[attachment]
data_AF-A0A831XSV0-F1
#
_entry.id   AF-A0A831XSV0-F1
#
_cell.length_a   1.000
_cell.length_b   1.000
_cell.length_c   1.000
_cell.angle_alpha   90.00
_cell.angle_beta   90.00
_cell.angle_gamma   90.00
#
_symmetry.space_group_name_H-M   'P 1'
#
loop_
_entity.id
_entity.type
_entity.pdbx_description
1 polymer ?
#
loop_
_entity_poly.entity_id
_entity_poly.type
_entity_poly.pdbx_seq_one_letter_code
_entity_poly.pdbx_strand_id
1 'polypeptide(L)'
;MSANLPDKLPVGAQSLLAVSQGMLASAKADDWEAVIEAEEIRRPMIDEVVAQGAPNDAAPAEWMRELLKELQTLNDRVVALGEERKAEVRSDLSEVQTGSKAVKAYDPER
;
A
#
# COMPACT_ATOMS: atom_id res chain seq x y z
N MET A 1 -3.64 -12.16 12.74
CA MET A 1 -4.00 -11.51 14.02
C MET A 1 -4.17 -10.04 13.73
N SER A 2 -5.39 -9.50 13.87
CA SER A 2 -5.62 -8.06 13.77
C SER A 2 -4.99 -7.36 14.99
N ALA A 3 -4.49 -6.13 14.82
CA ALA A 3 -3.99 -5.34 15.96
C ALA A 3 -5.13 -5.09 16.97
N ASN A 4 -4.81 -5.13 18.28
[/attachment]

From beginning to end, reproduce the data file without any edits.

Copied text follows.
data_AF-A0A831XSV0-F1
#
_entry.id   AF-A0A831XSV0-F1
#
_cell.length_a   1.000
_cell.length_b   1.000
_cell.length_c   1.000
_cell.angle_alpha   90.00
_cell.angle_beta   90.00
_cell.angle_gamma   90.00
#
_symmetry.space_group_name_H-M   'P 1'
#
loop_
_entity.id
_entity.type
_entity.pdbx_description
1 polymer ?
#
loop_
_entity_poly.entity_id
_entity_poly.type
_entity_poly.pdbx_seq_one_letter_code
_entity_poly.pdbx_strand_id
1 'polypeptide(L)'
;MSANLPDKLPVGAQSLLAVSQGMLASAKADDWEAVIEAEEIRRPMIDEVVAQGAPNDAAPAEWMRELLKELQTLNDRVVALGEERKAEVRSDLSEVQTGSKAVKAYDPER
;
A
#
# COMPACT_ATOMS: atom_id res chain seq x y z
N MET A 1 -3.64 -12.16 12.74
CA MET A 1 -4.00 -11.51 14.02
C MET A 1 -4.17 -10.04 13.73
N SER A 2 -5.39 -9.50 13.87
CA SER A 2 -5.62 -8.06 13.77
C SER A 2 -4.99 -7.36 14.99
N ALA A 3 -4.49 -6.13 14.82
CA ALA A 3 -3.99 -5.34 15.96
C ALA A 3 -5.13 -5.09 16.97
N ASN A 4 -4.81 -5.13 18.28